In the Victorian period the illustrated Shakespeare edition was, according to Stuart Sillars, an expert on Shakespeare and the visual arts, ‘the broadest channel by which the reading public gained an acquaintance, whatever its nature or intensity, with the plays of Shakespeare’.
These illustrated editions of the Complete Works would have been the first encounter with Shakespeare that many readers would have had. Members of the working class, who may not have been able to experience Shakespeare in the London theatre, would have found these editions more affordable. A consequence of this was that the experience of Shakespeare was often based on these illustrated pages rather than the stage. As such, these editions played an important part in how the Victorian population thought about and constructed Shakespeare.
Such was the importance of images, especially wood-engraved illustrations, during the Victorian period that scholar Brian Maidment compares them to the ‘use of the photograph in contemporary society’. Before the development of wood engraving and the printing technology that allowed for the mass circulation of illustrated books, Shakespeare’s Works often contained just a single frontispiece or a few illustrations per play that were printed on different pages than the text.
From 1840–1870 (the ‘golden age’ of Shakespeare illustration) the illustrated edition became a theater of the book, an Iconoplay, where words and images combine in complex interaction, just as they do on the stage, with the illustrator fulfilling the role of stage director and deciding how best to ‘stage’ Shakespeare’s scenes. With the advent of the Iconoplay, we witness not only more integration between word and image, but also a vast increase in the sheer quantity of illustrations in these editions: each play contains anywhere between 15-30 illustrations.
Developed around the late 1780s by Thomas Bewick, wood engraving allowed artists to create images with a high level of sophistication that could be reproduced easily and cheaply. Because the wood used to engrave the images was usually boxwood, it was very durable, and the wood blocks could be set alongside type in the printing press, which allowed for word and image to be combined on a single page. Wood engraving, combined with more efficient printing techniques, meant that the Victorian literature trade was transformed into a mass-produced commercial industry and, for the first time, illustrated books became affordable to working- and middle-class families.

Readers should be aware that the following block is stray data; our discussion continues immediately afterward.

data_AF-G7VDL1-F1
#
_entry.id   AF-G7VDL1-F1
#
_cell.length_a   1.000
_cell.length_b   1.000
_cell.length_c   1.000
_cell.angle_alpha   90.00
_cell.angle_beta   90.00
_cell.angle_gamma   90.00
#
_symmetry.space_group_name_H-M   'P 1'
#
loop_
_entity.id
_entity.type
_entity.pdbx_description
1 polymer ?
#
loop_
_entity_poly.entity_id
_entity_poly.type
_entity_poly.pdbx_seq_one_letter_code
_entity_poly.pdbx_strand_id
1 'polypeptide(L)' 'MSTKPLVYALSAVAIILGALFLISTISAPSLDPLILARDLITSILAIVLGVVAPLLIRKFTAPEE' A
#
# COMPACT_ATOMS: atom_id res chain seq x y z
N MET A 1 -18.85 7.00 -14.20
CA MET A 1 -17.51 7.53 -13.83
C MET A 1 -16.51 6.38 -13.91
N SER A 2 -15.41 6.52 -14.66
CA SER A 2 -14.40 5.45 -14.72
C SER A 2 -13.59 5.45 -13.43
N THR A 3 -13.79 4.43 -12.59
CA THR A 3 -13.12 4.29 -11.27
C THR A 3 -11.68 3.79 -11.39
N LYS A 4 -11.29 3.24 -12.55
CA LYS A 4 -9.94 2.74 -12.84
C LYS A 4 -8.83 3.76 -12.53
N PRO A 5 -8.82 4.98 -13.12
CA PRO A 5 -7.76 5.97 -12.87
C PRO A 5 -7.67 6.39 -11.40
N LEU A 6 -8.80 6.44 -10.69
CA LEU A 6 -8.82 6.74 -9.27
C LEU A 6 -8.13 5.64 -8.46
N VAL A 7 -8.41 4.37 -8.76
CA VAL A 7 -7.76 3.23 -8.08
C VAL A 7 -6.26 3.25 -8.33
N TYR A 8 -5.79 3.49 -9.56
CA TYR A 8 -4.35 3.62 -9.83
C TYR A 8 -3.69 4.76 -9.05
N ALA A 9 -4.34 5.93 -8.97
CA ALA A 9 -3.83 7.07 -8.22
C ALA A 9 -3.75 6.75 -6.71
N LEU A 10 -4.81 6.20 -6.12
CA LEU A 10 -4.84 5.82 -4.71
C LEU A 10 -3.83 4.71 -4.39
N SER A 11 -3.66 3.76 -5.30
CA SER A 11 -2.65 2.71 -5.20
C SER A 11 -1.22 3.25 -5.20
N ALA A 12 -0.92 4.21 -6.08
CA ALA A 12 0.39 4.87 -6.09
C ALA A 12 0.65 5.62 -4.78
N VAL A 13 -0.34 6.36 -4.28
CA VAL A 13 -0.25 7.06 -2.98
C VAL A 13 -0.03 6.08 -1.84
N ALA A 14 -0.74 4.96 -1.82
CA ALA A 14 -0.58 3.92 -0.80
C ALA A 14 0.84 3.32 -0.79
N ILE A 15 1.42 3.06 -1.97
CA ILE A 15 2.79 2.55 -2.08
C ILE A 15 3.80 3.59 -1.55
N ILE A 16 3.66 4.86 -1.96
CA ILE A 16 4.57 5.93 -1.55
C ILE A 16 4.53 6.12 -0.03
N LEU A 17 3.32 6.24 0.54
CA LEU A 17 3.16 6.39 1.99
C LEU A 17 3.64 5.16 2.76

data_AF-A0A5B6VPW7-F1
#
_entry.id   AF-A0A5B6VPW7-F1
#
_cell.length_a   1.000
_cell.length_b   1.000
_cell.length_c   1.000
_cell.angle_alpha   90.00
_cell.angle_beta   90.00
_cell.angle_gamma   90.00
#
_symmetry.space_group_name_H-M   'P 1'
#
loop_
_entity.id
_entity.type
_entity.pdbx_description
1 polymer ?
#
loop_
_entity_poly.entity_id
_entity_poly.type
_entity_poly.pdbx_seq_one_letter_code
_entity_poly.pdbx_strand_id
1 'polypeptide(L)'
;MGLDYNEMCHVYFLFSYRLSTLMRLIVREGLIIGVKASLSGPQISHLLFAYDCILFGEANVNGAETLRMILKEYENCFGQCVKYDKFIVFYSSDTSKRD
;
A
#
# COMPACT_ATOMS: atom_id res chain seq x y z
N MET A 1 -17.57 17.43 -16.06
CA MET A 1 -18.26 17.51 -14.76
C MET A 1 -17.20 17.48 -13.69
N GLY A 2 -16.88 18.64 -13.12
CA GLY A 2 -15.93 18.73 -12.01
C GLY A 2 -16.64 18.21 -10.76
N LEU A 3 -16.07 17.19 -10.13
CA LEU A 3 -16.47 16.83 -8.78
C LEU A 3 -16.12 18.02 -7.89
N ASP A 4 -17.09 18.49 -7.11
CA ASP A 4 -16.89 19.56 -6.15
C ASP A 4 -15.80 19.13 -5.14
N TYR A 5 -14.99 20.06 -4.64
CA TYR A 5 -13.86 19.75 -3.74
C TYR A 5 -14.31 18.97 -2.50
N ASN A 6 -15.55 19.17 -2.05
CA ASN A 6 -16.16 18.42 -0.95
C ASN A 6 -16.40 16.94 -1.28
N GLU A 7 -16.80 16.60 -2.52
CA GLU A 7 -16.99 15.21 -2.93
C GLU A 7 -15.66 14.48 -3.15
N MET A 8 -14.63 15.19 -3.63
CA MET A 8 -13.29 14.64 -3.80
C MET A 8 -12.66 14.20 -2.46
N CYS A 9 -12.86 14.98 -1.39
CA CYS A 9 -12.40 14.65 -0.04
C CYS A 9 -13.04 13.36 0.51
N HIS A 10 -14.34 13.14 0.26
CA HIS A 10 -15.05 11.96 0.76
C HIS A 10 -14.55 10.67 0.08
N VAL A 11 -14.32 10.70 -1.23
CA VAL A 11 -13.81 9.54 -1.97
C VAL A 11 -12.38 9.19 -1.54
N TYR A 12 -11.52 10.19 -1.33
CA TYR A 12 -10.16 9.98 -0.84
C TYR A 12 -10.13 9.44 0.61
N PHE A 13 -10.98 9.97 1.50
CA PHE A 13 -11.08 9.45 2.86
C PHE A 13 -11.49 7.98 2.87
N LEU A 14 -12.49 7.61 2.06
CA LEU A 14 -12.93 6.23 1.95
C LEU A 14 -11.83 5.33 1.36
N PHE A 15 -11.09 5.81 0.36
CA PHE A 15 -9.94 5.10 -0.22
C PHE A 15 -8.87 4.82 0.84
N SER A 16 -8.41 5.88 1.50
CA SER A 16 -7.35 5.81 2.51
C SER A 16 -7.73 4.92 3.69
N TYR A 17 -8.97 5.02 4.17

These illustrated editions, which were hugely popular in the Victorian era, are also an important part of our cultural heritage and, indeed, our construction of Shakespeare’s plays as we understand them today. Yet they are often only available to researchers in special collection libraries. My recent project, the Victorian Illustrated Shakespeare Archive (available at shakespeareillustration.org), centers on four of the most significant illustrated Shakespeare editions in the Victorian period – Charles Knight’s Pictorial Shakspere, Barry Cornwall’s Works of Shakspere, Howard Staunton’s The Works of Shakespeare, and Charles and Mary Cowden Clarke’s Plays of Shakespeare – and makes available over 3,000 of these illustrations. With this online, open-access resource, users can explore and interrogate the complex relationship between the page and the stage, and between word and image.
Every image in the archive has been tagged so users can search for certain characters or plays. Users can also search for other content that the illustration may contain, such as ‘doorways’ or ‘walking sticks’. All the illustrations have been digitized at a high resolution, and users can share images and leave comments. The archive‘s Creative Commons license allows users to take the images and do whatever they like with them.
Wood engraving, in many ways, was the New Media of the Victorian era. And, like the web today, it touched upon all aspects of society and allowed for knowledge to be disseminated in new ways and across all social classes. Because of the advent of the digital, it has become far easier to comprehend and appreciate ‘the book’ as a piece of technology. We understand the past in terms of the technology available to us today, and we comprehend the present in terms of technology from the past. As the Canadian intellectual Marshall McLuhan observed, ‘When faced with a totally new situation, we tend always to attach ourselves to the objects, to the flavor of the most recent past. We look at the present through a rear-view mirror. We march backwards into the future.’
The Victorian Illustrated Shakespeare Archive is an attempt to understand the ‘new situation’ we find ourselves in (the digital) by using the ‘flavor of the most recent past’ – Victorian wood-engraved Shakespeare illustrations.
Ultimately, I hope, to paraphrase Sillars, the archive will become the broadest channel in which we, in the twenty-first century, gain an acquaintance with Victorian Shakespeare and his readers.